Alabama rises from the coastline, its gently dipping rock layers exposing deeper and older formations in majestic order as one moves north. (more below)
Created by Andrew Alden from the U.S. Geological Survey's Geologic Map of the United States, 1974, by Philip King and Helen Beikman (fair use policy)
Click the map for a larger version
The yellow and gold stripes nearest the Gulf of Mexico coast represent rocks of Cenozoic age, younger than 65 million years. The southernmost green stripe labeled uK4 marks the Selma Group. The rocks between it and the dark green stripe of the Tuscaloosa Group, labeled uK1, all date from Late Cretaceous time, starting at about 95 million years ago.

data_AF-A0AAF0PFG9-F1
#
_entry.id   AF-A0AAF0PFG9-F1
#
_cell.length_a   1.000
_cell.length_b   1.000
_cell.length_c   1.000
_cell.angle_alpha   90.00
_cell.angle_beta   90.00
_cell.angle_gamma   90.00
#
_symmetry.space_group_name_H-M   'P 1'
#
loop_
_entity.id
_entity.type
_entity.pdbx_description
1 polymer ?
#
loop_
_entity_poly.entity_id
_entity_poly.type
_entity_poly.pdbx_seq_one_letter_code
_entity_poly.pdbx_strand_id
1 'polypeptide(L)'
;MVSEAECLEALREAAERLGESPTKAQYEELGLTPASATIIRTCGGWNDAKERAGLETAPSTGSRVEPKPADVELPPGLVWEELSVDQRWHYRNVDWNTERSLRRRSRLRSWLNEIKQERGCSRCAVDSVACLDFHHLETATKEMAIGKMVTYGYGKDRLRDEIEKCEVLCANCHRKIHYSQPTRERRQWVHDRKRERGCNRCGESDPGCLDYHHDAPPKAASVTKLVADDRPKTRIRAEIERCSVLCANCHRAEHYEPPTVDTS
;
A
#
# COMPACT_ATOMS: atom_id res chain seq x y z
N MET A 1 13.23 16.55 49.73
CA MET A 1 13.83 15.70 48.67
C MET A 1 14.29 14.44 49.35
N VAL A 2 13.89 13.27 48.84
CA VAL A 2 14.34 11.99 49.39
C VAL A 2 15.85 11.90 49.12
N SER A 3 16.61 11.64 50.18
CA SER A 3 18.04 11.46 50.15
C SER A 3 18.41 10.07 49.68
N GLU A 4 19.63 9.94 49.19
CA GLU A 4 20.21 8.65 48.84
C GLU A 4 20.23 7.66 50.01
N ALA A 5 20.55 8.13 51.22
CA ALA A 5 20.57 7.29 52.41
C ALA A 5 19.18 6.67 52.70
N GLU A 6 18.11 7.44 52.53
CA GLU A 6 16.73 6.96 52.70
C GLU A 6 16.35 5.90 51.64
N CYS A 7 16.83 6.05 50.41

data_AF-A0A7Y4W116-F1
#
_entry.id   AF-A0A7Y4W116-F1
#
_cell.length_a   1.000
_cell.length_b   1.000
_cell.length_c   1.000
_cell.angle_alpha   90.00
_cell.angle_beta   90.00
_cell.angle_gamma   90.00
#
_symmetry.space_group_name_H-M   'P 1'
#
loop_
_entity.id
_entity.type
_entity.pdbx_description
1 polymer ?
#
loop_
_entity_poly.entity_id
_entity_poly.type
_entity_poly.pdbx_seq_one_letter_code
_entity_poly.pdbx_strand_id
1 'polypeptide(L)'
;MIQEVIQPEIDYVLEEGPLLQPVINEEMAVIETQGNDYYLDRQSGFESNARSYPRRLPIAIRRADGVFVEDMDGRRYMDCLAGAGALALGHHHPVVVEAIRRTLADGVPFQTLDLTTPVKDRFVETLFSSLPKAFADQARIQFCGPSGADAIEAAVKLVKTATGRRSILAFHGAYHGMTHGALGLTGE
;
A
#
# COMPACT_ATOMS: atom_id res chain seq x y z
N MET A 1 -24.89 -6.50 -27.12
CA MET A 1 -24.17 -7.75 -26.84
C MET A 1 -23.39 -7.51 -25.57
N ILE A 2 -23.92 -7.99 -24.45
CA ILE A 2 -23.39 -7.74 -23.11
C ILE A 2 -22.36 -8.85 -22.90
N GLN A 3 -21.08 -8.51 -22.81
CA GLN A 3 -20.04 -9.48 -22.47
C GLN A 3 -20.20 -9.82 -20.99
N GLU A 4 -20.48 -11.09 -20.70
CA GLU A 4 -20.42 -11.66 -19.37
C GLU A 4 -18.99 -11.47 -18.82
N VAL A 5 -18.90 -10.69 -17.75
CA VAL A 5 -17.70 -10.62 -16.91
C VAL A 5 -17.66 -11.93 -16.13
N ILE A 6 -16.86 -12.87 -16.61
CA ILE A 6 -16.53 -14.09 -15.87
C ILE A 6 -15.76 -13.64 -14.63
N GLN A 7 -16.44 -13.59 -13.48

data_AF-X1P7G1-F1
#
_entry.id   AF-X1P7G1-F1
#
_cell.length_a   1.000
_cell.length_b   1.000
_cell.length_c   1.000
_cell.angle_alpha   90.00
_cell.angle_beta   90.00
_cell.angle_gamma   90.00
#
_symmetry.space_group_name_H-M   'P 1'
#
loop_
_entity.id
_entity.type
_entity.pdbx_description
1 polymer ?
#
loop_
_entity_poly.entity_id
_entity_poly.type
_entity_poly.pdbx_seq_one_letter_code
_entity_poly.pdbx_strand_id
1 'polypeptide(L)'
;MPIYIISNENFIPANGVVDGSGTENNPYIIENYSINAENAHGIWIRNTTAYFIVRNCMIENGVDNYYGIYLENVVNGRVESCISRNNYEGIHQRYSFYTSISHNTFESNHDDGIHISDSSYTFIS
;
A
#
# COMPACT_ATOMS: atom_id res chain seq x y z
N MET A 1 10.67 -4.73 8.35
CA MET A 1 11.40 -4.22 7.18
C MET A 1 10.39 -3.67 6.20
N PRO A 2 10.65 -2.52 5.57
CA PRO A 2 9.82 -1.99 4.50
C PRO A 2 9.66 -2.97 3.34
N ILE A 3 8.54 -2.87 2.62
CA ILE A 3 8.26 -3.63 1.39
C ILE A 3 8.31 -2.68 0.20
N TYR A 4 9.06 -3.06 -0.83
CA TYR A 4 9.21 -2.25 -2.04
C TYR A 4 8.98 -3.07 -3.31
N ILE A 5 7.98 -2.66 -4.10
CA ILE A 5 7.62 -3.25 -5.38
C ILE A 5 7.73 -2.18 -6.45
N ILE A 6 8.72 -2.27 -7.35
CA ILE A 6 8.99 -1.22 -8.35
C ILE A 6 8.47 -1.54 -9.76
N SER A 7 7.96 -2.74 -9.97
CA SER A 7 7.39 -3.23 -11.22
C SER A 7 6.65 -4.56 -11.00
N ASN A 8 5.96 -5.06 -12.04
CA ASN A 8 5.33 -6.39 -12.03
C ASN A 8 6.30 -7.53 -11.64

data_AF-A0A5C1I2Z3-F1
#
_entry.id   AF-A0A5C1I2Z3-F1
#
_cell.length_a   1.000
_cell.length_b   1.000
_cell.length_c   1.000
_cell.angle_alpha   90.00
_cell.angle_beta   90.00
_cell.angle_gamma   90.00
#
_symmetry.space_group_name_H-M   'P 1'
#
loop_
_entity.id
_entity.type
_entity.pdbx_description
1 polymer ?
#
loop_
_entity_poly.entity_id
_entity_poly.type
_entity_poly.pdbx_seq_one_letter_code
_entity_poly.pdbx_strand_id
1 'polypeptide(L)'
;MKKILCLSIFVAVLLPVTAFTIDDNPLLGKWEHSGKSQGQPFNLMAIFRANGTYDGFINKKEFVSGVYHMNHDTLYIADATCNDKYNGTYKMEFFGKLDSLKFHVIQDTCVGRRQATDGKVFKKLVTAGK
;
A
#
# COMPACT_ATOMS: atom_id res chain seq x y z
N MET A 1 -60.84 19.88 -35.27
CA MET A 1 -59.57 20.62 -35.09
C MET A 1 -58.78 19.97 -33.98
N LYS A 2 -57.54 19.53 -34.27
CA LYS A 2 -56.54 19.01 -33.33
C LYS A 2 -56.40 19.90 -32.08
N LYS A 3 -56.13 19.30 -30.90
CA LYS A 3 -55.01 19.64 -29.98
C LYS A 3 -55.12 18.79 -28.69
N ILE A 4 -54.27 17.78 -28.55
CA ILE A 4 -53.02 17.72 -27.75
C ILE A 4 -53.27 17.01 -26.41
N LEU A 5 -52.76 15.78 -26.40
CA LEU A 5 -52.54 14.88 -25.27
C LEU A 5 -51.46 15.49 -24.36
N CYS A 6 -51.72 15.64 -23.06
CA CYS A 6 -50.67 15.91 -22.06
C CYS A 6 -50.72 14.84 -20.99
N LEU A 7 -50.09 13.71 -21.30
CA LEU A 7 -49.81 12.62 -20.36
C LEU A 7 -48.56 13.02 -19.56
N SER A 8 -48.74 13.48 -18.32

The more resistant layers in this sequence crop out as long low ridges, steep on the north and gentle on the south, called cuestas. This part of Alabama formed in the shallow waters that have covered most of the central continent throughout geologic history.
The Tuscaloosa Group gives way to the compressed, folded rocks of the southernmost Appalachian Mountains to the northeast and the flat-lying limestones of the interior basins to the north. These different geologic elements give rise to a great variety of landscapes and plant communities, in what outsiders might consider a flat and uninteresting region.
The Geological Survey of Alabama has much more information on the state's rocks, mineral resources and geologic hazards.
More about Alabama Geology
Other Alabama resources from About.com:
Alabama Geography, State Symbols and Facts
Alabama Weather & Climate
Alabama National Parks